This is a bestseller and I enjoyed it.
I am fascinated by the WW2 in Europe setting.
It was an easy read but a tiny bit...chicklit...
The Invisible Bridge is way better on the same setting.
[This message edited by InnerLight at 11:26 PM, August 12th (Friday)]
BS, age 53, d-day 6-2-08, divorced after 17 years and 20 together. dating again, living in the sticks with a cat. It's taking a long time to create new dreams and a new life but it is slowly coming together.
Posts: 5731 | Registered: Jun 2008 | From: Rural California
neverendinghurt Member Member # 15859
Posted: 12:36 AM, August 13th (Saturday)
I read Sarah's Key too recently. I thought it was okay. It started off quite well and I liked the story told from Sarah's pov, but not so much in modern times.
I think it would have been a better book without the last several chapters.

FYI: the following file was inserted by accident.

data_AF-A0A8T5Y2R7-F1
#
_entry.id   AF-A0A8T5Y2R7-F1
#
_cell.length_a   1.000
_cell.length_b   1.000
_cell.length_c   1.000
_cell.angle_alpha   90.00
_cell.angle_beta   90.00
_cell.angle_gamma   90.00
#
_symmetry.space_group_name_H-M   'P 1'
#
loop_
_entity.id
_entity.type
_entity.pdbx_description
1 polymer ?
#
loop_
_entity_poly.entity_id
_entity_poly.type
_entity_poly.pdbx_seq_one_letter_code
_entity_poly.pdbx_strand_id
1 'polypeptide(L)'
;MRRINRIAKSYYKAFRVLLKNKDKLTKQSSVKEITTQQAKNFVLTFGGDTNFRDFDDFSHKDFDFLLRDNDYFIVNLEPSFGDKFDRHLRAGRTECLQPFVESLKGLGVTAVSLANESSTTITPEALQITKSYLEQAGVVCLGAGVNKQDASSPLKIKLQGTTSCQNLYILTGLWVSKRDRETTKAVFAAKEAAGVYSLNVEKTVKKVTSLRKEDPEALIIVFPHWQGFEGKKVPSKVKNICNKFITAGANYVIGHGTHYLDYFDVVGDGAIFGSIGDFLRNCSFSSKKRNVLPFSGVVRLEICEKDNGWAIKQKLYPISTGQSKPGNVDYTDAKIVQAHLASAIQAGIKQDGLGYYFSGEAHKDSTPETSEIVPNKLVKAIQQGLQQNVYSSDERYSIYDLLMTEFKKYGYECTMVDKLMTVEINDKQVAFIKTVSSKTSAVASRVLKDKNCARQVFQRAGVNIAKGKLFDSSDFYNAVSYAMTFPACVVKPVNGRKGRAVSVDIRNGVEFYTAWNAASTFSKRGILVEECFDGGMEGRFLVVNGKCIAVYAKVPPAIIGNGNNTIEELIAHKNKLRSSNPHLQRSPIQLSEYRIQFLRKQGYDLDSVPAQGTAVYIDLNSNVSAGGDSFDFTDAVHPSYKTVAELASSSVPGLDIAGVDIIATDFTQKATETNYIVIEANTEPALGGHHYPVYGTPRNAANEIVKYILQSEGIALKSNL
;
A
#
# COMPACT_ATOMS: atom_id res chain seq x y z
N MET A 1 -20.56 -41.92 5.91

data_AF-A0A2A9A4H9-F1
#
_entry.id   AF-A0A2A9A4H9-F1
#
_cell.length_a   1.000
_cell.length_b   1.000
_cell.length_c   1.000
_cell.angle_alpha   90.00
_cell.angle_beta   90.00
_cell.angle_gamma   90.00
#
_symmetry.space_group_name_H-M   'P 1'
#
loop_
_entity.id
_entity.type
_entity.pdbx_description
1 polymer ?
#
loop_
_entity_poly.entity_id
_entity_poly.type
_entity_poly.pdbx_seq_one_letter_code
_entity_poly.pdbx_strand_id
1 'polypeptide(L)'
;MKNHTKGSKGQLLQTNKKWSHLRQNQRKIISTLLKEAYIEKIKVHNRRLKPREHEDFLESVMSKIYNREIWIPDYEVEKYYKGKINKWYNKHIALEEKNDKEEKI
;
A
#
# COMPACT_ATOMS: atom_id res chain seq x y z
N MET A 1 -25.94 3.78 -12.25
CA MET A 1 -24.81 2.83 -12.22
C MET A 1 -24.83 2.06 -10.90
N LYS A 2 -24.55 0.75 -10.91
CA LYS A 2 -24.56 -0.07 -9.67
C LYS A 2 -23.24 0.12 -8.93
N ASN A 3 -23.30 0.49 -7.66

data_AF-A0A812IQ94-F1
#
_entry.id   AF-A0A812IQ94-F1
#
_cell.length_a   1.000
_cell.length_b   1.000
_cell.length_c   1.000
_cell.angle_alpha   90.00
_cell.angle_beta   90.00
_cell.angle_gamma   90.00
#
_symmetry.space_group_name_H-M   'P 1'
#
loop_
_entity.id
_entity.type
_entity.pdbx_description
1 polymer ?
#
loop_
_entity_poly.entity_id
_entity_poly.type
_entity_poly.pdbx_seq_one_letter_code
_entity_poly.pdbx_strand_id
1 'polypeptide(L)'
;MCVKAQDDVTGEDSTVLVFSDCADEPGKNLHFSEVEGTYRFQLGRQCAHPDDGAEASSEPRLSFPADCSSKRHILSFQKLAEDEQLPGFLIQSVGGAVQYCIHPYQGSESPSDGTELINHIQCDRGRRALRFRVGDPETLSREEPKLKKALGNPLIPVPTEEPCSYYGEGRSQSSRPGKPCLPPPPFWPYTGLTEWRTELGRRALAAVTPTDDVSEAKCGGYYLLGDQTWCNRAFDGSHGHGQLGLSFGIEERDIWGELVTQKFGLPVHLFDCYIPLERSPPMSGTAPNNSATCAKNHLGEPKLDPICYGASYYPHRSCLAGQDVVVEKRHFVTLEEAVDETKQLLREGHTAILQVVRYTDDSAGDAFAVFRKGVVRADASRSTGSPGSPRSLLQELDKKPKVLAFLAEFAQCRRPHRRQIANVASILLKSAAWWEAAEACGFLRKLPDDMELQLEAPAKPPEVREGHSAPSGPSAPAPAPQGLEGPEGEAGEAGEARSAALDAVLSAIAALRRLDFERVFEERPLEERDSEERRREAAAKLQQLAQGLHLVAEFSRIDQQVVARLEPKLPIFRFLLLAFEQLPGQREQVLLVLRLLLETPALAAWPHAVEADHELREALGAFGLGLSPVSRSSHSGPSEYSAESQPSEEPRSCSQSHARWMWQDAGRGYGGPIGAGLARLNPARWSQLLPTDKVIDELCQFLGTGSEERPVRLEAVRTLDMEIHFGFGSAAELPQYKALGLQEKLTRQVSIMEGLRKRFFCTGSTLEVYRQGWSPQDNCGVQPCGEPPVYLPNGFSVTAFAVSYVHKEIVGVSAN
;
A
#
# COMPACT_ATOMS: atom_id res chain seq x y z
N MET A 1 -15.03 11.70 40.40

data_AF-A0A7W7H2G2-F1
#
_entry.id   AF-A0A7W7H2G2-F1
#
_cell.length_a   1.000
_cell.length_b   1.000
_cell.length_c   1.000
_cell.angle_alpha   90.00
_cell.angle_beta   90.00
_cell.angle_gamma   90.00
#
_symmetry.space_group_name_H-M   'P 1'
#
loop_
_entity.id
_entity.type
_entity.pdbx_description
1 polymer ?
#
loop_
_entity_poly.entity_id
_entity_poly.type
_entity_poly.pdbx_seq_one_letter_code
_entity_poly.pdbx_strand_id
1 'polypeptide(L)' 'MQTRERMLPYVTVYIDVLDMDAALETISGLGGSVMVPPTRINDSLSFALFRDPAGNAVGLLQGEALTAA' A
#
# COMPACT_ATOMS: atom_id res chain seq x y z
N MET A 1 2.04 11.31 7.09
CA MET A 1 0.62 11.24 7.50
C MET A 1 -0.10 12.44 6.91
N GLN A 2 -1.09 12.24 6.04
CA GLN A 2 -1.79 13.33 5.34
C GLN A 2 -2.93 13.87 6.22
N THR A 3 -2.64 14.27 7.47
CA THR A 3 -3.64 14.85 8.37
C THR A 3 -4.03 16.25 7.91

The life of every man is a diary in which he means to write one story, and writes another; and his humblest hour is when he compares the volume as it is with what he vowed to make it.
James M. Barrie
Posts: 26034 | Registered: Aug 2007 | From: Seattle
Skye Member Member # 325
Posted: 8:09 AM, August 13th (Saturday)
I thought "Sarah's Key" a bit contrived and really didn't care for the modern story, either, NEH.
Two WWII books I thought were very good were "The Postmistress" by Sarah Blake and "Suite Francais" by Irene Nemirovsky. They're very different from each other and very different from "Sarah's Key."
Posts: 5610 | Registered: Jul 2002
metamorphisis Administrator Member # 12041
Posted: 9:46 AM, August 13th (Saturday)
I felt the same way about this book. Just sort of blah.
An incredible book in this setting is Marge Piercy's "Gone to Soldiers."
It's an older book. I have read it twice, once in my early 20's and again in the last few years and I loved it both times. “We don't see things as they are; we see them as we are.”... Anais Nin